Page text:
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Roger De Hoveden
The Annals vol.2., From A.D. 1180 To A.D. 1201.


Sir John Froissart's Chronicles of England, France, Spain and the Ajoining Countries from the latter part of the reign of Edward II to the coronation of Henry IV in 12 volumes 

Chronicles of Enguerrand De Monstrelet (Sir John Froissart's Chronicles continuation) in 13 volumes 

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Roger De Hoveden
The Annals vol.2., From A.D. 1180 To A.D. 1201.
page 282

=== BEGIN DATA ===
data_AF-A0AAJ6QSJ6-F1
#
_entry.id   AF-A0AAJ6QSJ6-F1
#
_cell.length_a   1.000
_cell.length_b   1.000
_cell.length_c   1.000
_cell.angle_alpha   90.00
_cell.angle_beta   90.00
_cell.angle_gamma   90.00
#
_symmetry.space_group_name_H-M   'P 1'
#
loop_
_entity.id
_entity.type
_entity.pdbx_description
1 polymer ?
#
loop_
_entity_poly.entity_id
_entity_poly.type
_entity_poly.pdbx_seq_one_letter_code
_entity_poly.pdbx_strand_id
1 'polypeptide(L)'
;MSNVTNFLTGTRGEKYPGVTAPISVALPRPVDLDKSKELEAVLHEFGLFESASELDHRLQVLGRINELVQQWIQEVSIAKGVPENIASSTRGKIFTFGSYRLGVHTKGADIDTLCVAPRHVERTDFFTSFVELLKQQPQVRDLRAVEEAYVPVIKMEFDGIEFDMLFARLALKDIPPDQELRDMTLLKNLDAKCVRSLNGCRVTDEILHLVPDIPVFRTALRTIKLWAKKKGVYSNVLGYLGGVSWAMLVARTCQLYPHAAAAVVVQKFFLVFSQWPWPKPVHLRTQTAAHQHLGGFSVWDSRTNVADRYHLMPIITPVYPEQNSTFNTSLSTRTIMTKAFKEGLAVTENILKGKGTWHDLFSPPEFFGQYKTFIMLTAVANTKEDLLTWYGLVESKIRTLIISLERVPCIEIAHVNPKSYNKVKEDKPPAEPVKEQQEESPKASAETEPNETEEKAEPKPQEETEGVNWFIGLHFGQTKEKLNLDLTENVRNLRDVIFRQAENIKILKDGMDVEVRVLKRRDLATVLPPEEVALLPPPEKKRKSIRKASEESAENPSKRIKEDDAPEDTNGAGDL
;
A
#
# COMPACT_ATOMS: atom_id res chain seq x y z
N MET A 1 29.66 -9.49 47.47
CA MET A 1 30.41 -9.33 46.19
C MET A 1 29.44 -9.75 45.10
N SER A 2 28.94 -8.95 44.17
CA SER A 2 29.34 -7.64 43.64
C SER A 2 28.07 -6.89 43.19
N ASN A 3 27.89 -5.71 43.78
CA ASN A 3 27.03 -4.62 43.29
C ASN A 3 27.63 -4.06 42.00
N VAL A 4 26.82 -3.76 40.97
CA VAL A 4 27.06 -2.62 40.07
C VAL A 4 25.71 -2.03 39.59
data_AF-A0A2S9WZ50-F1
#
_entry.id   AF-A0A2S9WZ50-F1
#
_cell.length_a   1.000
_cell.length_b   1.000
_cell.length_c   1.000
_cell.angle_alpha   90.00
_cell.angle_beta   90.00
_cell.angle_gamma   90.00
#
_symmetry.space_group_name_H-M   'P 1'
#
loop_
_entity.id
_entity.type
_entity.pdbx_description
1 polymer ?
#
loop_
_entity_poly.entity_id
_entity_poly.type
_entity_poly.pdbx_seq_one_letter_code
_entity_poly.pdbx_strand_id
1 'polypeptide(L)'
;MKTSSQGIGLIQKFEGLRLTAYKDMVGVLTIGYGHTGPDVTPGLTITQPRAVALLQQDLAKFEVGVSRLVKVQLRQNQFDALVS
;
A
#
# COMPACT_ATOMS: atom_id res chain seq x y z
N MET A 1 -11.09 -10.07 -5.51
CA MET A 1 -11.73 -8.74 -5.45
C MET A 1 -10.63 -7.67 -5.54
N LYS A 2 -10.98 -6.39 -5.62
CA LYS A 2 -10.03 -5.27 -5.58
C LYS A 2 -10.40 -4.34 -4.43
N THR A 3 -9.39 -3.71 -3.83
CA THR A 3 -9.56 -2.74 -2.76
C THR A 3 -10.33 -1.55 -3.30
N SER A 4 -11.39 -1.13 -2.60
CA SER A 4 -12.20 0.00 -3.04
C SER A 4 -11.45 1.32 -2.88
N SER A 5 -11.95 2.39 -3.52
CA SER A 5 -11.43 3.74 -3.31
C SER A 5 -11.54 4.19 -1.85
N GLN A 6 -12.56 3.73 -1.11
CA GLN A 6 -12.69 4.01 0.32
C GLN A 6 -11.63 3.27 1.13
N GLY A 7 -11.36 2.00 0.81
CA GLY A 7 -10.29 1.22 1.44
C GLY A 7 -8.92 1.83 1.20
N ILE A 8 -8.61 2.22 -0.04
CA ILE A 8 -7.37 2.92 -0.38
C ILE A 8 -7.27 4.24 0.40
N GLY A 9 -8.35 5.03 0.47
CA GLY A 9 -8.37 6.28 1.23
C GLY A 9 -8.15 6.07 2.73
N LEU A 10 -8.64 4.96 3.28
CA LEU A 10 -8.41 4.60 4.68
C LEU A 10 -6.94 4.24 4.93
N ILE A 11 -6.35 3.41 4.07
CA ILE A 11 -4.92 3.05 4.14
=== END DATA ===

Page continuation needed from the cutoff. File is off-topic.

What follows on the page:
A.D. 1192. CONDUCI OF TEE KING DURING CONFINEMENT. 281 our lord the prince respecting the liberation of our master. And whereas, under all circumstances, the Divine aid of God ought to be implored, we beg that throughout the whole of your diocese you will cause prayers to be put up for him to the Most High. ' The effectual fervent prayer of a righteous man availeth much,'97 and the importunate woman in the Gospel was deemed deserving to be heard, and, as it is there said, Christ raised her son, because for him many tears were shed. Farewell." Accordingly, upon hearing of the confinement of the king, Walter, archbishop of Eouen, and the other justiciaries of our lord the king, sent the abbat of Boxley and the abbat of Pont Robert to Germany, to seek the king of England. After having passed through the whole of Germany, and not finding the king, they entered Bavaria, and met the king at a town, the name of which is Oxefer, where he was brought before the emperor, to hold a conference with him, on Palm Sunday. On hearing that the before-named abbats had come from England, the king showed himself courteous and affable to them ; making enquiries about the state of his kingdom and the fidelity of his subjects, and the health and prosperity of the king of Scotland, in whose fidelity he placed a very strong reBance : on which they testified to what they had heard and seen. A conference accordingly taking place between them, the king made complaint of the treachery of his brother, John, earl of Mortaigne, on whom he had conferred so many favours and boundless honors, and who had thrown himself into the hands of the king of France against him, and, having broken the ties of brotherhood, had made a league with death and a compact with heB. The king, though greatly afflicted upon this subject, suddenly broke forth into these words of consolation, saying, " My brother John is not tho man to subjugate a country, if there is a person able to make the sBghtest resistance to his attempts." During his journey of three days, whBe on the road to meet the emperor, it was the admiration of aB, how boldly, how courteously, and how becomingly he behaved himself, and they judged him worthy of the imperial elevation who so thoroughly understood the arts of command, and how, with uniform seBpossession, to rise superior to the two-faced events of fortune. On a day named, after he had held a conference by messengers with the emperor, they were unable on that day to have an 9 7 James v. 16.

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